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Trump suggested shooting at Floyd protestors, claims Ex-Defense Secretary

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Numerous books are due to be released this year written by members of the Trump administration. Former Defense Secretary Mark Esper’s memoir is among the most highly-anticipated of these volumes.
Due to be released on May 10, “A Sacred Oath: Memoirs of a Secretary of Defense During Extraordinary Times” has been generating buzz for some time. It is a source of first-person information by a top Cabinet official that shows outsiders what was happening inside the White House during the Trump administration. To avoid divulging classified information, A Sacred Oath was vetted by the top brass at the Pentagon, including 4-star generals, senior civilians, and other Cabinet members.
Axios reported excerpts from the book on Monday, May 2. Business Insider offered readers a closer look at these passages. According to Esper, Trump had enquired whether the demonstrators protesting the killing of George Floyd could be shot at. It was in June of 2020, just after Floyd’s death at the hands of a white police officer. The then-President was getting furious by the moment at the escalating situation, which culminated in his inquiring to Esper if the military could “just shoot them in the legs or something?”
As he processed this request, a red-faced Commander in Chief slammed the Resolute desk in what Esper describes as a “surreal” moment with the idea “weighing heavily” in the room. The only good news in this interaction was that Esper was fully aware that shooting the peaceful protestors was not an option. He called the bad news “walking Trump back” without creating the storm he was carefully trying to avoid.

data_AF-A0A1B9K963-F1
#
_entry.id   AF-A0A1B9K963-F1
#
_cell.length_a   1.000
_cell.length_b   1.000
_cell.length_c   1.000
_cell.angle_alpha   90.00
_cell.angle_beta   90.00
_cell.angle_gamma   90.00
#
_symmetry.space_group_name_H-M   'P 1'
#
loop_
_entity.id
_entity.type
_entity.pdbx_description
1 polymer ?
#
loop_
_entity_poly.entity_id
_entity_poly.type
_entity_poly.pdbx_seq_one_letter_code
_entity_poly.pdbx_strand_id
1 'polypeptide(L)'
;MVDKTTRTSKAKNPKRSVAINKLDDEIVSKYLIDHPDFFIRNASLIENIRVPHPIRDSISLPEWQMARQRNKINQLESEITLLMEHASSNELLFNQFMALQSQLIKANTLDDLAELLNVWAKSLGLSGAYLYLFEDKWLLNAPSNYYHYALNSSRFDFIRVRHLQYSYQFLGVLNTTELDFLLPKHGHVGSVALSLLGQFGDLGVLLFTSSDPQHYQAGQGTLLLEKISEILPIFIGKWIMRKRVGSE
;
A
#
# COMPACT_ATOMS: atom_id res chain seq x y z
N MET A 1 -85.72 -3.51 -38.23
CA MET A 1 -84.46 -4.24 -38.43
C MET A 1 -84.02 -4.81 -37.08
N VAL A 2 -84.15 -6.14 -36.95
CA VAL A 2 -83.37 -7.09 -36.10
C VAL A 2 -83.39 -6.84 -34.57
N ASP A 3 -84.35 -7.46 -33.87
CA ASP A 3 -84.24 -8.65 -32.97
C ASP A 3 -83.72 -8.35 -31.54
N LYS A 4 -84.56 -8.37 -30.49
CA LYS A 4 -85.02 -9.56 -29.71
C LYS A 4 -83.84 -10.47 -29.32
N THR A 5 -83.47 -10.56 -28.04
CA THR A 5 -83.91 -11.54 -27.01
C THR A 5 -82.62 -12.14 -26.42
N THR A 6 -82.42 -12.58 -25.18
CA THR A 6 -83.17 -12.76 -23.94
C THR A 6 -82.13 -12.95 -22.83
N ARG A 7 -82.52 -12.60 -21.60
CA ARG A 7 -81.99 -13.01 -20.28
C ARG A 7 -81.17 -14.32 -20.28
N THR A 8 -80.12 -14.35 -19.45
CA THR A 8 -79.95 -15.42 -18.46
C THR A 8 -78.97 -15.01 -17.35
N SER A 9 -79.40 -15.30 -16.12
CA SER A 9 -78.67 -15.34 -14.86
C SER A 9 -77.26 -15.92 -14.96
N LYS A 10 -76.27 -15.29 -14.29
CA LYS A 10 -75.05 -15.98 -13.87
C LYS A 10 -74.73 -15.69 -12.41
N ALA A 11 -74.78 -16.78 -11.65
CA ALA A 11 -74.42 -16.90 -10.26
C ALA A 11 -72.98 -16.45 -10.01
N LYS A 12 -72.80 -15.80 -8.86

While Esper did admit the National Guard was the best option to stop any protests that got out of hand, Trump told him he wasn’t doing enough to handle the high-profile demonstrations. The situation did not improve when the defense secretary publicly stated his opposition to invoking the Insurrection Act that same month. The contentious relationship between Trump and Esper ended when the defense secretary was terminated after the November 2020 election.
Esper is undoubtedly not the first advisor who clashed with Trump over responses to the Floyd protests, but he was among the most transparent.

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